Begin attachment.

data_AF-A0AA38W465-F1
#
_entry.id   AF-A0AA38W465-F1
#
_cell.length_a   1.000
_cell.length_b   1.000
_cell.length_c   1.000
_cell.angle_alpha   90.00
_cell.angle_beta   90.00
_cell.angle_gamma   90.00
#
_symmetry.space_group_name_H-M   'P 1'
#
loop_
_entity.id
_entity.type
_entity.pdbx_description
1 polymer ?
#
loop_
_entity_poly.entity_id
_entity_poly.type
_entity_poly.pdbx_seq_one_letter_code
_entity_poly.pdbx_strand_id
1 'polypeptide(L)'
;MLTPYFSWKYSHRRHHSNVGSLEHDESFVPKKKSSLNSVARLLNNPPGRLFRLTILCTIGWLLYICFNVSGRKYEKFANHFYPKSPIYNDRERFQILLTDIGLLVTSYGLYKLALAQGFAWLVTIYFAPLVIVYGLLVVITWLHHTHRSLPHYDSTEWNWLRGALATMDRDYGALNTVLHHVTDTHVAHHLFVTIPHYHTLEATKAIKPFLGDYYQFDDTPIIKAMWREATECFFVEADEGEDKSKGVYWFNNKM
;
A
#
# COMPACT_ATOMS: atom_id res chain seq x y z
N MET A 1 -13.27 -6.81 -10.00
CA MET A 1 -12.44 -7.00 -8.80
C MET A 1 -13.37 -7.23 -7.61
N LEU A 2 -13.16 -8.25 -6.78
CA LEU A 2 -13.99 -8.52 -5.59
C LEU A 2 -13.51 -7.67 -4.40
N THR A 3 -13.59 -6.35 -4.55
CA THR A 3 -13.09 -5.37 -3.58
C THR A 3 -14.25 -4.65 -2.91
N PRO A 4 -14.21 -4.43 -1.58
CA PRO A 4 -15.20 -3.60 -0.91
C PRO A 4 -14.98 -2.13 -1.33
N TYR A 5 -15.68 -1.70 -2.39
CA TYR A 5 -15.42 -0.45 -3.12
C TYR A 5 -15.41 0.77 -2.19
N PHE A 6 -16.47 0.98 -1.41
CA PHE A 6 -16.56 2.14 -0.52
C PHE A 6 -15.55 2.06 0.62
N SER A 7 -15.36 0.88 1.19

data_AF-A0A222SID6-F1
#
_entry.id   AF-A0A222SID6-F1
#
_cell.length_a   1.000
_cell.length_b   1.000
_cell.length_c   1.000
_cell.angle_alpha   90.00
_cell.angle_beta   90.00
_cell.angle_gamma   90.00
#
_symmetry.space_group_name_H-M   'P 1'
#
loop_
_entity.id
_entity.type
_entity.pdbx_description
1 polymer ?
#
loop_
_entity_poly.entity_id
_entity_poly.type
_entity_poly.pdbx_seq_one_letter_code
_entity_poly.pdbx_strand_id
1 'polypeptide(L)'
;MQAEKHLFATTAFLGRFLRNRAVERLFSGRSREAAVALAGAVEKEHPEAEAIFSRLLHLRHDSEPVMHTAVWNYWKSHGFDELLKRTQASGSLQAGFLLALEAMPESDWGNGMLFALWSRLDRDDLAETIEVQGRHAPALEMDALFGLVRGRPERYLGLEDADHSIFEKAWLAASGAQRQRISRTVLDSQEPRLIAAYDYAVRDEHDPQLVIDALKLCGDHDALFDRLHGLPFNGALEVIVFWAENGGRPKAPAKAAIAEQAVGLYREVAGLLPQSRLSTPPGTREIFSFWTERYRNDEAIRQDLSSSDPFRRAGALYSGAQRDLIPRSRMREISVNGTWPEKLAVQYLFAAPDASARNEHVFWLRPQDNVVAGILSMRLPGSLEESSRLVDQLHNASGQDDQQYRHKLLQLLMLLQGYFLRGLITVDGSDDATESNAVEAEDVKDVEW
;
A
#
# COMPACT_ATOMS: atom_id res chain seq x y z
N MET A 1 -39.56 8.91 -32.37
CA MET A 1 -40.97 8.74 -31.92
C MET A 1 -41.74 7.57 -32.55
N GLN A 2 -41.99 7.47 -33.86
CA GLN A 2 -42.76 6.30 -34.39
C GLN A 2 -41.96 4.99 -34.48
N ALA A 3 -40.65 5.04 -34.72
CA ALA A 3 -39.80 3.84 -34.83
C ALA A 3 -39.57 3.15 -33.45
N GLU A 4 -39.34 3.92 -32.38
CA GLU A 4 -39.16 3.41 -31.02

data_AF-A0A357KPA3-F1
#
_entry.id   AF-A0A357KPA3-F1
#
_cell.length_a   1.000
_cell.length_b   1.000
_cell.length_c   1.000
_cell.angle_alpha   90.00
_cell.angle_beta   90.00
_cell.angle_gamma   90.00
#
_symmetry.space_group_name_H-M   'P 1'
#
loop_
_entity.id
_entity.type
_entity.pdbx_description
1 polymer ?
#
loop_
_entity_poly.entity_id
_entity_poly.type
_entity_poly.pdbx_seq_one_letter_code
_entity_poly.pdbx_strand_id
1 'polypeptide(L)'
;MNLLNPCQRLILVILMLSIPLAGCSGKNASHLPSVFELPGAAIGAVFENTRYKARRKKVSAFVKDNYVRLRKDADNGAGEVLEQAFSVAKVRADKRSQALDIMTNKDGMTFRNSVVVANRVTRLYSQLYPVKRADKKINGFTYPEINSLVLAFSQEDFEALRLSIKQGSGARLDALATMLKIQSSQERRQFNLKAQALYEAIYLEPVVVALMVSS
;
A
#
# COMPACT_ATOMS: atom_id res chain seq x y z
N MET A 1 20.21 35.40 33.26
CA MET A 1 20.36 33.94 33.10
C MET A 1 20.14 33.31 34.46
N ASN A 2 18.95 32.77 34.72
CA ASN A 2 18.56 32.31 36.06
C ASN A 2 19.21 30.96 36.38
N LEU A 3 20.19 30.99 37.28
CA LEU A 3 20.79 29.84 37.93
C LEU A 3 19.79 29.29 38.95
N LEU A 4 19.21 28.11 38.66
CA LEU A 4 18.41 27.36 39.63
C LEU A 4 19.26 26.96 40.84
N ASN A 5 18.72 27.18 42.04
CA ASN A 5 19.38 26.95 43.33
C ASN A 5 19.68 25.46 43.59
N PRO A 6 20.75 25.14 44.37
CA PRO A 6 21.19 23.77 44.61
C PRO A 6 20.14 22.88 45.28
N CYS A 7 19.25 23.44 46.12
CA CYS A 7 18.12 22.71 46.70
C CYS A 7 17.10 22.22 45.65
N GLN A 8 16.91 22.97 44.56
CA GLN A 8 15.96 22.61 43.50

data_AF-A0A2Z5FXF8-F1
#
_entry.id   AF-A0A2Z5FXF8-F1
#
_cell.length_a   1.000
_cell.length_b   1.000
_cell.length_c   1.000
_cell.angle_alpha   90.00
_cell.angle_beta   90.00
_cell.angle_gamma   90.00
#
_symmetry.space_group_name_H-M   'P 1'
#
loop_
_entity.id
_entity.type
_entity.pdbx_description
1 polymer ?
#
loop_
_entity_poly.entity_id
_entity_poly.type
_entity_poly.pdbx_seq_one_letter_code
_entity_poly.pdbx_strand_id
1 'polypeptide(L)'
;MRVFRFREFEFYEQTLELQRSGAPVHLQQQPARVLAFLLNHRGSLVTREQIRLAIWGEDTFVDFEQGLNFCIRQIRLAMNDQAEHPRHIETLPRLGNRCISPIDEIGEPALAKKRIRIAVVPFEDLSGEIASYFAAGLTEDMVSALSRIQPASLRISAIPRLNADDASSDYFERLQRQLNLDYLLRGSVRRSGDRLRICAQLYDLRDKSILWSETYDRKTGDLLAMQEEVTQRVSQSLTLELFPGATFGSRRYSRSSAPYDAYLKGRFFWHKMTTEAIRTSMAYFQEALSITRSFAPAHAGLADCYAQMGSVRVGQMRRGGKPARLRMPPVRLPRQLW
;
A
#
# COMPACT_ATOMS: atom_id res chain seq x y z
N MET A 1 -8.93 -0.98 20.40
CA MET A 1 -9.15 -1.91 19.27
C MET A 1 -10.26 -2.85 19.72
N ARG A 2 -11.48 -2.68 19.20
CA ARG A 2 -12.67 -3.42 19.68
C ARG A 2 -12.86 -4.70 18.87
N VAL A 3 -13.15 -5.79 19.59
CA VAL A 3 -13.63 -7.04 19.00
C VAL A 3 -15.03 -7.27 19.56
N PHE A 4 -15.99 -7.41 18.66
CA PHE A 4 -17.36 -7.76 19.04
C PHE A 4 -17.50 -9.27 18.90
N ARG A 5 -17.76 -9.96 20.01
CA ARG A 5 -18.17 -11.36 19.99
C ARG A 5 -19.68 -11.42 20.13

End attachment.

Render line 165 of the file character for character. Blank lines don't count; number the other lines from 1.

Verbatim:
_entity_poly.type